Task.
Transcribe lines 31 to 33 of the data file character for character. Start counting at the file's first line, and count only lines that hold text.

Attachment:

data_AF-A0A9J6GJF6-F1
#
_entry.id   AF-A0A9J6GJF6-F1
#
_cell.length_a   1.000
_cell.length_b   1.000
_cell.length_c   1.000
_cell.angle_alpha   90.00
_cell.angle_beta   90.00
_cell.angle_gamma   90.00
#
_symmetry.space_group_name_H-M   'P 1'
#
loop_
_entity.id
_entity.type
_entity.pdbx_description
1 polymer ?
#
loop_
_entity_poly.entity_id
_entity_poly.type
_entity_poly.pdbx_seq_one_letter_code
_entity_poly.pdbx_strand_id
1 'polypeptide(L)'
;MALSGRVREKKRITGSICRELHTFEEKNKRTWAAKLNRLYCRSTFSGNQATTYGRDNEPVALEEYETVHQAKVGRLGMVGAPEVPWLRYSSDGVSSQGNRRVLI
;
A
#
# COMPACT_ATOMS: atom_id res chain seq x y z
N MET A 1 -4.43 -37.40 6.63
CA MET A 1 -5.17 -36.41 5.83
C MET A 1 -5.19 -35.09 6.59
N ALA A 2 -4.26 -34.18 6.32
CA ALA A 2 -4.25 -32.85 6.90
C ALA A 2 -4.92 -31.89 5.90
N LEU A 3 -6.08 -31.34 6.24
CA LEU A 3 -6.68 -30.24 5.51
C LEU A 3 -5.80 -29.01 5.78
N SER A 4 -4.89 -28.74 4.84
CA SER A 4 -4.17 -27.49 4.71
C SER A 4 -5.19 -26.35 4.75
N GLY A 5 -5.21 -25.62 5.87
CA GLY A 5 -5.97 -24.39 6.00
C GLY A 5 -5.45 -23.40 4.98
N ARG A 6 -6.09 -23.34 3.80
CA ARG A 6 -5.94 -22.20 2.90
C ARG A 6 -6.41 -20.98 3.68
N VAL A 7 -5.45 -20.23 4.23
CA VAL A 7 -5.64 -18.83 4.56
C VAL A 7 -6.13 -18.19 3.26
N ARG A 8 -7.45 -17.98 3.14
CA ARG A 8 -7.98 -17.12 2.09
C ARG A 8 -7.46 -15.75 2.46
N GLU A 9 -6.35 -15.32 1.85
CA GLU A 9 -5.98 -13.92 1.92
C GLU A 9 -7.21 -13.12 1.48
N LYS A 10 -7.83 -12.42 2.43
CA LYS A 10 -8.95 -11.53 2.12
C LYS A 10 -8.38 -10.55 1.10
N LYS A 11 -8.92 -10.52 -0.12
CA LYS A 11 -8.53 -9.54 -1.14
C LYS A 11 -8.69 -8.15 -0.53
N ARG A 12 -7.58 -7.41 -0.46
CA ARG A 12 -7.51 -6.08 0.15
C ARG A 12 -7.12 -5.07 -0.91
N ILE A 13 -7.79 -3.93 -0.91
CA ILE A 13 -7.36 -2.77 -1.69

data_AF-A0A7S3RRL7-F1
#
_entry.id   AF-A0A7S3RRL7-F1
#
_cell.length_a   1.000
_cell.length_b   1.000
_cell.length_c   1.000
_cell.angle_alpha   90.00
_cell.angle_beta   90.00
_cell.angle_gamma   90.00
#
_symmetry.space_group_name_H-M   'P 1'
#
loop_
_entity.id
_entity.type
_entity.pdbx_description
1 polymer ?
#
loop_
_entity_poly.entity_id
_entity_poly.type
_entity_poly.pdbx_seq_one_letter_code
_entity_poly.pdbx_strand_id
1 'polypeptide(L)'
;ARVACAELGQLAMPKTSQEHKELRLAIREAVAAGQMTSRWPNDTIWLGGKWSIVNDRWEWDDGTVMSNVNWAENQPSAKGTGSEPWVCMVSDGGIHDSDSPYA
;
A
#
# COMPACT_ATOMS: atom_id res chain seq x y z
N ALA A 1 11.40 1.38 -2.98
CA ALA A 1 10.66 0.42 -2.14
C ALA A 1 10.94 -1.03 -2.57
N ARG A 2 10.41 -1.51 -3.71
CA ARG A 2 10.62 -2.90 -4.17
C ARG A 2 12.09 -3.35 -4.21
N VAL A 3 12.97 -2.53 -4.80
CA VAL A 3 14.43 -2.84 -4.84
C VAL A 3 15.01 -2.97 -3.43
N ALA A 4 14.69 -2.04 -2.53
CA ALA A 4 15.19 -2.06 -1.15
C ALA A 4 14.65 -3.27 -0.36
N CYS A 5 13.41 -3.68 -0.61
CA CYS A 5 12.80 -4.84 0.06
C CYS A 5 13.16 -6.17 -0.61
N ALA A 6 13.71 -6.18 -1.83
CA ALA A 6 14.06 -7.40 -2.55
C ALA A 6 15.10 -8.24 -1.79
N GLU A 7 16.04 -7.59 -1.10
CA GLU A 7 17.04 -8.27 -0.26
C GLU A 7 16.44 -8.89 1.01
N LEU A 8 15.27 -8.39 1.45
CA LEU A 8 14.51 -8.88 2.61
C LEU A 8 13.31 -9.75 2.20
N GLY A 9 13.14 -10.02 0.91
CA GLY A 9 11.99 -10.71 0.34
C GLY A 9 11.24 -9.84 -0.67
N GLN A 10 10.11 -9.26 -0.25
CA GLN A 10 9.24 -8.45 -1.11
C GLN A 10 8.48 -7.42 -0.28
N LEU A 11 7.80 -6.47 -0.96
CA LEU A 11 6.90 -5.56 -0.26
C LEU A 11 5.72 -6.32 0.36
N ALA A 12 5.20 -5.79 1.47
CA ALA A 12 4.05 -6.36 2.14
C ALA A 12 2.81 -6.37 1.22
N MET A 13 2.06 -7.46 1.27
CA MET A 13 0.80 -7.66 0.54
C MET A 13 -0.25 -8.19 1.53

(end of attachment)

N MET A 1 -4.43 -37.40 6.63
CA MET A 1 -5.17 -36.41 5.83
C MET A 1 -5.19 -35.09 6.59